Engineering workers strike and win
Johannesburg: What workers said…
In the week beginning July 9, Numsa’s engineering members painted the cities red in Johannesburg, Durban, Cape Town, East London and Bloemfontein.For the first time ever, all engineering trade unions were present and together they snaked their way through city centres making their demands known and handing memorandums to Seifsa representatives. A week later, strikers went back to work with increases to their wages and improvements in other conditions (see pages 6-7) Our Numsa reporters were on the spot in Durban, Cape Town and Johannesburg.
” Sifuna imali Sifuna i-10%!”
Alpheus Phalapala,Ampaglass, Elandsfontein
“We want all of the demands!”
Patrick Matabeni,Hendler and Hart
“We need money; transport, everything is too high!”
Soaring food, transport costs and unemployment force workers to strikeOutside Scaw Metals on day 2 of the engineering strike, workers were adamant that employers’ offer was not enough. All complained that soaring transport and food prices as well as the general unemployment situation were making it difficult for them to live.”7,5% is not enough,” said Dineo and Modiehi, both pattern makers at Scaw Metals. Although Dineo’s father is working at Scaw, her sisters have finished school but they can’t afford to send them on to tertiary institutions nor can they find jobs. Modiehi’s parents have passed away. Her brother earns little working on a mine while she lives near her workplace with her toddler. “Food, taxi fares go up all the time,” they complain.For Loyi Zulu, even though he works a 56 hour week including overtime, the R700 a week that he takes home leaves “me hungry”. With two homes, two wives and 11 people to feed and children at school, looking after his family is a difficult job. Even though some of his family members have temporary jobs, this is not enough to keep them happy.”My children mustn’t be hungry like me,” Zulu says.Unemployment is also affecting 54 year old Aaron Mzila. Although two of his boys have finished school there are no jobs for them at his Ulundi home. So he and his one son support his family of 8.”Everything is up, nothing is cheap. Taxi and food are going up all the time,” says Mzila.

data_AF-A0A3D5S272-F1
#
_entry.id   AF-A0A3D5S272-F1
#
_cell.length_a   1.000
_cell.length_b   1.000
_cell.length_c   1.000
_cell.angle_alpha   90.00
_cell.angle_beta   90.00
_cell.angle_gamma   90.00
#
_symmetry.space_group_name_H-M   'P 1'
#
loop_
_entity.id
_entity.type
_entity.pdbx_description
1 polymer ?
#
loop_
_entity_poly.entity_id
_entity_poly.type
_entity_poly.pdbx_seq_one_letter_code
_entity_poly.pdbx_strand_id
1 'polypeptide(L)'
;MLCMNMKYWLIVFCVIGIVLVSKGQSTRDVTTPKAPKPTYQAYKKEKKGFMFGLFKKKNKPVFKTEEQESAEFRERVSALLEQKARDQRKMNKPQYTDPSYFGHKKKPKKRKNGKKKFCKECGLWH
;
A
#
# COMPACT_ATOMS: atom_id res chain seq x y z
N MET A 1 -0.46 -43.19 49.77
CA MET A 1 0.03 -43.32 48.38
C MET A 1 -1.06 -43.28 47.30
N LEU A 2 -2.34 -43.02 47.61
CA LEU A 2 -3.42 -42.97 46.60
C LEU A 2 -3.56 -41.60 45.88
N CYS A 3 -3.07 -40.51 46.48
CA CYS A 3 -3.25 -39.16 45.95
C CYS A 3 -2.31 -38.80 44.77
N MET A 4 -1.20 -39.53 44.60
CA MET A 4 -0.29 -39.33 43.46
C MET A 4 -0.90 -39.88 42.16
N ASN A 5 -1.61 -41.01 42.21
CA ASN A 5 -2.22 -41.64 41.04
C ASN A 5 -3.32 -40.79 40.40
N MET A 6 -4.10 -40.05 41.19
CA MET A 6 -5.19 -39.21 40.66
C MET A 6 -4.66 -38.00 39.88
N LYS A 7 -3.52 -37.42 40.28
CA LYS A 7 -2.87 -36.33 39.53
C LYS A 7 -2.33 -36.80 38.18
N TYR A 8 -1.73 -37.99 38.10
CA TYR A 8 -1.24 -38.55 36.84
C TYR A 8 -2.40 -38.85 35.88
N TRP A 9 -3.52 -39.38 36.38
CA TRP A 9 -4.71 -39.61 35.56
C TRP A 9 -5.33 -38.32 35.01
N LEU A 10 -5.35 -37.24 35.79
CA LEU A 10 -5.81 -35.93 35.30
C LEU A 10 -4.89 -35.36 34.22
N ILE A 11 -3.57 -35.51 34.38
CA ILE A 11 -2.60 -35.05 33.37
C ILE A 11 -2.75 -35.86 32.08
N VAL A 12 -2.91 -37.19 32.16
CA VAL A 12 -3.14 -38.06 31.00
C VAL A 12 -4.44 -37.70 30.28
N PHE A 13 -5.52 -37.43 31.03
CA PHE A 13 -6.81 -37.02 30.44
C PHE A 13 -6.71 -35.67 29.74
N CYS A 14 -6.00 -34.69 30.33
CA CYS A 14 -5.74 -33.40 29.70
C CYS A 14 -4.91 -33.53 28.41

Cape Town’s red oceanKarl Cloete and Philip Sapud
The mythological red sea found new meaning when an ocean of red t-shirts hit the streets of Cape Town like a symphony of waves. Close to 10 000 Numsa members heeded the Union’s call to confront the logic of the metal and engineering employers. The Numsa marchers demanding a living wage and better working conditions, were joined by Ceppawu, Solidarity and Uasa. The march started at the usual gathering place in Kaizergracht Street then moved on to the Seifsa regional offices to hand over a memorandum. As comrades marched singing and chanting through the streets of Cape Town, curious onlookers hung out the windows of their offices and piled onto the street to create a public holiday atmosphere on an ordinary working day. With the procession’s arrival at the Seifsa office the strikers were further spurred on by the report of the regional organiser on the many issues which employers refused to improve on. Worker control was in action when office bearers of all locals were given an opportunity to speak to their members in the strike about the programme of action until the employers settle the dispute. Numsa regional chairperson, Christine Olivier, also addressed the crowd of marchers at the Seifsa offices to loud cheers as the employer representative signed and accepted the memorandum, promising to ensure their negotiating team is made aware of our concerns.In his concluding remarks the regional secretary congratulated metalworkers on being very bold and confident in confronting the logic of capital while the bosses had handsomely benefited from the first decade of democracy. He called on workers to continue the struggle so that the second decade benefited the working class and the poor in our society. This was the biggest metalworkers march in Cape Town since Numsa’s birth in 1987!